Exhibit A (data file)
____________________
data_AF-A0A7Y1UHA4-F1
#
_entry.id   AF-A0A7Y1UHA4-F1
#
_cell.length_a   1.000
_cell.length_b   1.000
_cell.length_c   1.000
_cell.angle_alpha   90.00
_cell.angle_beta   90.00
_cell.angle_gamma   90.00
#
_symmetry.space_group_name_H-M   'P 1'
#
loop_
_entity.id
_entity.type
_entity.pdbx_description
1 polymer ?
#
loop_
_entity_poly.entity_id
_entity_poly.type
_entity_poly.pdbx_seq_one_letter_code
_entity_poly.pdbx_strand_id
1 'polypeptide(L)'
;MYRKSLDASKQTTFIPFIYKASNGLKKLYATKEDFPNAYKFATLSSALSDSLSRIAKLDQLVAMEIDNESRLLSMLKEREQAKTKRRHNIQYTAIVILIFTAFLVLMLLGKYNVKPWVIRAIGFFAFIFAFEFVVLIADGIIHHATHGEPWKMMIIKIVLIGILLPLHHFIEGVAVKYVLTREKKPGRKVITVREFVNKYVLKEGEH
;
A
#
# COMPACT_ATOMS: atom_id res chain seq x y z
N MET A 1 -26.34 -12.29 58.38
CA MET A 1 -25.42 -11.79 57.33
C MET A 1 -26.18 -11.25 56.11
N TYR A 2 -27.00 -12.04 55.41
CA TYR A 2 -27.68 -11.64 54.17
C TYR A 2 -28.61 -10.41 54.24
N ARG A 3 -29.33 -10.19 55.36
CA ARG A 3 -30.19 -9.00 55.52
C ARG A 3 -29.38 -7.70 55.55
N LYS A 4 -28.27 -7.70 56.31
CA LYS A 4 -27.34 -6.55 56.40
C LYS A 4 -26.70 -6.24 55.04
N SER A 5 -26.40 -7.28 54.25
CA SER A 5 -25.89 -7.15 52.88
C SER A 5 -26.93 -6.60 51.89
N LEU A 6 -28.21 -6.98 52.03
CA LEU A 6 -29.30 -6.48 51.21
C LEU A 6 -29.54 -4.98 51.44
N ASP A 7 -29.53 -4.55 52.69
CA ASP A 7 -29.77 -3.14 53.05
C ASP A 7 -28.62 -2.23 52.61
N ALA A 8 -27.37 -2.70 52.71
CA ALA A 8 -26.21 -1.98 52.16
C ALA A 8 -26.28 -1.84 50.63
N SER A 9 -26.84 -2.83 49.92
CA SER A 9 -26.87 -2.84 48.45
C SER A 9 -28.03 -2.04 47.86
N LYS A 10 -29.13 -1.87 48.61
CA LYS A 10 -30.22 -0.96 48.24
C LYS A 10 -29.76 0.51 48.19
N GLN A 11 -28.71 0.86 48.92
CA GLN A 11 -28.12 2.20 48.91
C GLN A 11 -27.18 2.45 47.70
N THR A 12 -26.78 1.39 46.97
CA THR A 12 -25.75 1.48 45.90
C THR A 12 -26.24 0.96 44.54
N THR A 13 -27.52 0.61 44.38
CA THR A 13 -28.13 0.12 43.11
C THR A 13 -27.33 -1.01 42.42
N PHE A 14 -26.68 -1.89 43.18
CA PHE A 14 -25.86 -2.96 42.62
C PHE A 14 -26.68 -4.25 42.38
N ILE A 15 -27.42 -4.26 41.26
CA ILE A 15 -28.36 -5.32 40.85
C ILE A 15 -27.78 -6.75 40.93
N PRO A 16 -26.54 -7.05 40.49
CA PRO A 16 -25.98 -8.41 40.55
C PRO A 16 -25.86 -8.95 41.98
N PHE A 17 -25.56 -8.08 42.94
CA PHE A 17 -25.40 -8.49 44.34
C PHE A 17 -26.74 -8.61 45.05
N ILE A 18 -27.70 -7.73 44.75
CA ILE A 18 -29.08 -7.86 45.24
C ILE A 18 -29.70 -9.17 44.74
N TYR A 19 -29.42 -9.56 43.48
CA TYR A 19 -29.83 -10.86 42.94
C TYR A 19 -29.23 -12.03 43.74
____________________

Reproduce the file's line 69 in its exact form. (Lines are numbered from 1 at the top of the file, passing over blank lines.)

C THR A 13 -27.33 -1.01 42.42